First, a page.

McCollum: “I want to get better on defense. I’m really trying work on my lateral movement and tracking down the ball on defense. I know getting better on defense will help this team, so I’m just trying to get better at all-around defense. The past couple weeks, I’ve been working with our assistant coach David Vanterpool, continuing to focus on the other side of the ball. As far as the team, this team’s goal is making the playoffs at the highest seed possible. I’m confident we’ll do that. We just take it one day at a time.”
(Coach David Vanterpool: “C.J. is an incredibly quick learner who’s able to adjust well. He is always comfortable being uncomfortable, so when we try something new, he takes to it like a fish to water. This is no different. He’s been great just trying to add little pieces to his game, and defense is an area I don’t think enough people put emphasis on when they’re working individually to improve. It’s easier to work on a jump shot or offensive move because it’s more glamorous. But honestly, defense can be improved upon without even having a ball! We spend close to 30 minutes of an hour-and-a-half workout solely focused on defense, and it’s also incorporated into the other offensive work we do. He’s great at using angles and his hands, and he seems to enjoy the effect [his defensive strides] have had on his game. I love how hard he works at everything we add. Without question, he’s truly wrapped up in the process of getting better.“)
Insiders: What are thoughts on the offseason acquisitions the Blazers made? In addition to keeping the core together by re-signing your own free agents, the front office added Evan Turner, Festus Ezeli, Shabazz Napier and Jake Layman.
McCollum: “I think the organization is heading in the right direction. We have a good roster and a good group of guys. We are continuing to build for now and the future. Now, the work begins to continue that process [and growth]. I’m excited to be a part of this team.”
Insiders: How hungry is this team after advancing to the second round and experiencing some playoff success?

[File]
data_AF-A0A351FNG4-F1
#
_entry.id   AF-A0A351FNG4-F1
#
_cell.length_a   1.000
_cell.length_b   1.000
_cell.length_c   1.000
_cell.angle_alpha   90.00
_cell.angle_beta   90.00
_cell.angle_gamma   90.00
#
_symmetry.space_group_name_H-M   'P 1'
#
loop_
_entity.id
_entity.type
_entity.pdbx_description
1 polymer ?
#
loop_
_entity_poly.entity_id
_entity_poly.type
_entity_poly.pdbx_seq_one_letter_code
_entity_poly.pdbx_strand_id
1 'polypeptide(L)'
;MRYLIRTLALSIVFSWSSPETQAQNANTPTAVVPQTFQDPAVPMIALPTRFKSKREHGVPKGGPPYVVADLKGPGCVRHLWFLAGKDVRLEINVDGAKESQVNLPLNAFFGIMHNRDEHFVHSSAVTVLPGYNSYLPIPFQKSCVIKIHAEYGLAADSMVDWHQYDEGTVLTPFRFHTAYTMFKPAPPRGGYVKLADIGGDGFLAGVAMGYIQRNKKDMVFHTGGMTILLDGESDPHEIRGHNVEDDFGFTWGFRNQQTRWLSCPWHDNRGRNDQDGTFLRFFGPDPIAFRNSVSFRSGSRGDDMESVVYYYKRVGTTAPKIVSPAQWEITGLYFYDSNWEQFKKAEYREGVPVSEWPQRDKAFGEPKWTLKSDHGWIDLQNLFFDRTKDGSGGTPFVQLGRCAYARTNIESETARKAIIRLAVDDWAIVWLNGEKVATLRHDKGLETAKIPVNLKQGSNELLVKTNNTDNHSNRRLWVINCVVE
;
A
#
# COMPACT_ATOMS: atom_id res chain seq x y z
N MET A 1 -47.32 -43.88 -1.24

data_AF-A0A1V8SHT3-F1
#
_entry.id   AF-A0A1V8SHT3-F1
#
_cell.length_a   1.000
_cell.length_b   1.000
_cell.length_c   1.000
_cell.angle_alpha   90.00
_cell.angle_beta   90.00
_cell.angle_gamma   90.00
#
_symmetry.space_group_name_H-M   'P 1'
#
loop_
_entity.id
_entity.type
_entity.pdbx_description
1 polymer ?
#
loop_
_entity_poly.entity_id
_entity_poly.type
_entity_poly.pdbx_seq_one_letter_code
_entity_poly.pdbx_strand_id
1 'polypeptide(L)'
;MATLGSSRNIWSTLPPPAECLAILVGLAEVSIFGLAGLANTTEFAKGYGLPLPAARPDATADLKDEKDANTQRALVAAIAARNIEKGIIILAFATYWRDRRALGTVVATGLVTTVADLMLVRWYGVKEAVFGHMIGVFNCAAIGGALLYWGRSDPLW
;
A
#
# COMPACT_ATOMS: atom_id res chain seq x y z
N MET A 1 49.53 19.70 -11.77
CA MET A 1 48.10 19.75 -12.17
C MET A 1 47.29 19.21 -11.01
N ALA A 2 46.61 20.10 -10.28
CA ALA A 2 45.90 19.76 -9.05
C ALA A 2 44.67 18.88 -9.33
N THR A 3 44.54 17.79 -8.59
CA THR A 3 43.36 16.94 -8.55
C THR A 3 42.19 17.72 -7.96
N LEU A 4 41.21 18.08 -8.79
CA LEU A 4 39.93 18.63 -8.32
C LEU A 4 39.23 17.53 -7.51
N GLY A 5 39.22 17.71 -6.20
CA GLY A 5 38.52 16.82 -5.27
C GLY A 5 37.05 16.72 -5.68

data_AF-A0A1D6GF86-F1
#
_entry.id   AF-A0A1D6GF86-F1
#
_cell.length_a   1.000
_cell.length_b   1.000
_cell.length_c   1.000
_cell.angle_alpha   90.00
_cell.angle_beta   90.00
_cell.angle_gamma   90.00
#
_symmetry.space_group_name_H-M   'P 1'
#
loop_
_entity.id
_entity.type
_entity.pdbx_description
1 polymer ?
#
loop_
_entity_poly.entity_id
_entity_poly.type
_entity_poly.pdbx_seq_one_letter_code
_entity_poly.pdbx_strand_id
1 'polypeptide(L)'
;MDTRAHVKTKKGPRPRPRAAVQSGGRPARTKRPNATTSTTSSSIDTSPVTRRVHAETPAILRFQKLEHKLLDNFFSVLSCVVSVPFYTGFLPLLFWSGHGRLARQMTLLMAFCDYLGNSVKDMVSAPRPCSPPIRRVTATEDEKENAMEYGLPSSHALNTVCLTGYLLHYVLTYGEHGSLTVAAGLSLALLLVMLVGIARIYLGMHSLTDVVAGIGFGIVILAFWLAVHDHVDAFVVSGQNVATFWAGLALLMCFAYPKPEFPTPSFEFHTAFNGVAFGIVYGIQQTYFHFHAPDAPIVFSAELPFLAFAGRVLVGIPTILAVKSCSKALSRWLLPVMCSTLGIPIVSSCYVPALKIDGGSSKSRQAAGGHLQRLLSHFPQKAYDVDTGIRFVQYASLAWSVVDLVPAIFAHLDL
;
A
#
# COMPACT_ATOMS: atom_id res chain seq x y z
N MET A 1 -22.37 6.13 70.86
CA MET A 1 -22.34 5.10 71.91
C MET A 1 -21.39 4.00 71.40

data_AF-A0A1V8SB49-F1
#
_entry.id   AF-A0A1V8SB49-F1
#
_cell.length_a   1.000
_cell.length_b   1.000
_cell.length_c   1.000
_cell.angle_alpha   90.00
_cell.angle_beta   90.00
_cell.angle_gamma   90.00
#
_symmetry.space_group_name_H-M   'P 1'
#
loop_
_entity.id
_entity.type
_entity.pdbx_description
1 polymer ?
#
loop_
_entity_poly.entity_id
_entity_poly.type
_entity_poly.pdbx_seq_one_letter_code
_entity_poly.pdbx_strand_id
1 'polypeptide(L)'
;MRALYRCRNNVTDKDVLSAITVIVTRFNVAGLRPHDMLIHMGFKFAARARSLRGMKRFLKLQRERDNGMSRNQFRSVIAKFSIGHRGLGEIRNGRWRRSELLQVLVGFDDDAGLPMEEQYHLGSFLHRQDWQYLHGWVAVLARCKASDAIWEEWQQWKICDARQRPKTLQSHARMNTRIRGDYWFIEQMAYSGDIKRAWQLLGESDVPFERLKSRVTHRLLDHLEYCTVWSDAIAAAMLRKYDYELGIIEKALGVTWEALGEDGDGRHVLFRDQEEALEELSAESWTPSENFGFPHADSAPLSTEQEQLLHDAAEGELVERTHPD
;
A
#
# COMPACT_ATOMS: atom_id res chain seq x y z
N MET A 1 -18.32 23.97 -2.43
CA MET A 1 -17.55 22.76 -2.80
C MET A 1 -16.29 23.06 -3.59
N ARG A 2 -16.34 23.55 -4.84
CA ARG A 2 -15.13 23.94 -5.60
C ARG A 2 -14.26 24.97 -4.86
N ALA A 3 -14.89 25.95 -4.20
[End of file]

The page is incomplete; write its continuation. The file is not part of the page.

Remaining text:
McCollum: “We’re extremely hungry. Team success is how you leave an impression and mark on the game. Our motivation is proving to people that last year wasn’t a fluke. Many of us are out there to prove that our team can be even better this season than last.”
Insiders: Just like Damian, you participate in a lot of activities aside from basketball. What motivates you to do things such as writing for various media outlets, DJing on 107.5 in Portland and launching a high school journalism program?
McCollum: “I really enjoy being out in the community, building my journalism knowledge and taking advantage of my opportunity. My only job is being an NBA player; that is my number one priority. But this game only lasts for so long as a player, so you’ve got to set yourself up for when that time comes.”
Insiders: You’re a big music fan and, as I mentioned, you even host your own radio show. Who have you been listening to lately? Any recommendations?
McCollum: “I always have my regulars like Jay Z, J-Cole and Nas. But as far as new music, random fire is just coming out man. That Khaled album came out and I’ve been listening to that a lot. ‘I Got The Keys’ is nice.”
Insiders: Can we expect a #4BarFriday appearance from you?
McCollum: “Maybe. I did some earlier in my career. Maybe I’ll get something going, you never know.”
Insiders: Are you still confident that you can beat our mutual friend Kristen Ledlow in HORSE? She certainly responded with some crazy shots…I’m just making sure you still feel the same way.
McCollum: “I’m beyond confident! We all know those shots were lucky. She isn’t beating me.”
Insiders: How do you decide who pays for dinner on the team? With you, Damian, Allen Crabbe, Evan Turner, Meyers Leonard, Moe Harkless and others all getting pay days, is it, “I pay this time, you pay the next?” Or is there a generous guy out of the group who just continues to take care of you guys?
McCollum: “I’m on my rookie minimum still! That contract of mine doesn’t go into effect until next season, so those guys will definitely be picking up the tab – no doubt! I’m not making close to what they’re making yet.”
Insiders: Do you remember anything about the camps you attended when you were young, and did that influence you in any way as you put together your own camp for kids?